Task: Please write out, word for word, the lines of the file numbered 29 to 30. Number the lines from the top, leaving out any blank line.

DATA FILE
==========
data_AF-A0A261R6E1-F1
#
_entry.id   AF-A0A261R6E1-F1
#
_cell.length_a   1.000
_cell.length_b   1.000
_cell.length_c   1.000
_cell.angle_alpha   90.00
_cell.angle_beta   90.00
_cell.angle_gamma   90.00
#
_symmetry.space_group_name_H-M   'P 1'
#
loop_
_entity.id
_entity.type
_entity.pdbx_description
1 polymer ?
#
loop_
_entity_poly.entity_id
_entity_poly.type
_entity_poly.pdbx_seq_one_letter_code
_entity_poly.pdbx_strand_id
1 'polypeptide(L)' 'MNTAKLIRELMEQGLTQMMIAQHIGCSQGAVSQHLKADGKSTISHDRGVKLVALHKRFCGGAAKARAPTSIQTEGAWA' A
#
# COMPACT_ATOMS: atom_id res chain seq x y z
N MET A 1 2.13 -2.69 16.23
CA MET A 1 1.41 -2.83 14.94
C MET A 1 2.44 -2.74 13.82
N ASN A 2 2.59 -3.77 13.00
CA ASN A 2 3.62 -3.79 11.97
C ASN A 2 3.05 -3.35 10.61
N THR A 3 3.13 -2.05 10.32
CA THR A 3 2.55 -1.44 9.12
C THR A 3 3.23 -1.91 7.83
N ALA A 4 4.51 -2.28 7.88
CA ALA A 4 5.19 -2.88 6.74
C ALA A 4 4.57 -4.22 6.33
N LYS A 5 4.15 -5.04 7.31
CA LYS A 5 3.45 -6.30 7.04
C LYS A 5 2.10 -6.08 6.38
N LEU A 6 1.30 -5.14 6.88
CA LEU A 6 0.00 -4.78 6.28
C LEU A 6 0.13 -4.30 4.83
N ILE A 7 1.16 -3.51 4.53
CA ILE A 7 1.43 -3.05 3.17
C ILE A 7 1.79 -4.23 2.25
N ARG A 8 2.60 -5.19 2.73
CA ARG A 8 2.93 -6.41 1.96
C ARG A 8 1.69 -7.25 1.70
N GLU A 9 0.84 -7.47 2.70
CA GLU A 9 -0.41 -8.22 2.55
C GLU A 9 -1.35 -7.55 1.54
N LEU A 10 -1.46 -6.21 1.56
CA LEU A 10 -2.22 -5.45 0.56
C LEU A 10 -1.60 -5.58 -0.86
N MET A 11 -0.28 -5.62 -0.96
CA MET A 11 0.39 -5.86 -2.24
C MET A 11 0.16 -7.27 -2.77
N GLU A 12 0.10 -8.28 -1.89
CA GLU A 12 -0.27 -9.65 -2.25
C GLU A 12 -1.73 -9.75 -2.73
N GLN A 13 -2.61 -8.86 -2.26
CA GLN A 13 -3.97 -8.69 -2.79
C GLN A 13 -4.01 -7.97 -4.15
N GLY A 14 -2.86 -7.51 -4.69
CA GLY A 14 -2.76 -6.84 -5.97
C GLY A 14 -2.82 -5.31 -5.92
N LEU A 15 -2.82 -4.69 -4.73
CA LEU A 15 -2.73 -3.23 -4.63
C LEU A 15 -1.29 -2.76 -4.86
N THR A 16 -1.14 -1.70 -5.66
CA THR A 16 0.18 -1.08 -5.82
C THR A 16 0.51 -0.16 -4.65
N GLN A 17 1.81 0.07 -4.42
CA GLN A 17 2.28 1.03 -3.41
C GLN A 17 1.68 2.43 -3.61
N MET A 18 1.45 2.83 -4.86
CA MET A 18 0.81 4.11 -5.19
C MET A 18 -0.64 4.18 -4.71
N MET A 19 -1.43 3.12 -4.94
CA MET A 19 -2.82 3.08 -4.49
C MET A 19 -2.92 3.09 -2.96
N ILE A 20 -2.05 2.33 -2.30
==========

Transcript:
CA MET A 1 1.41 -2.83 14.94
C MET A 1 2.44 -2.74 13.82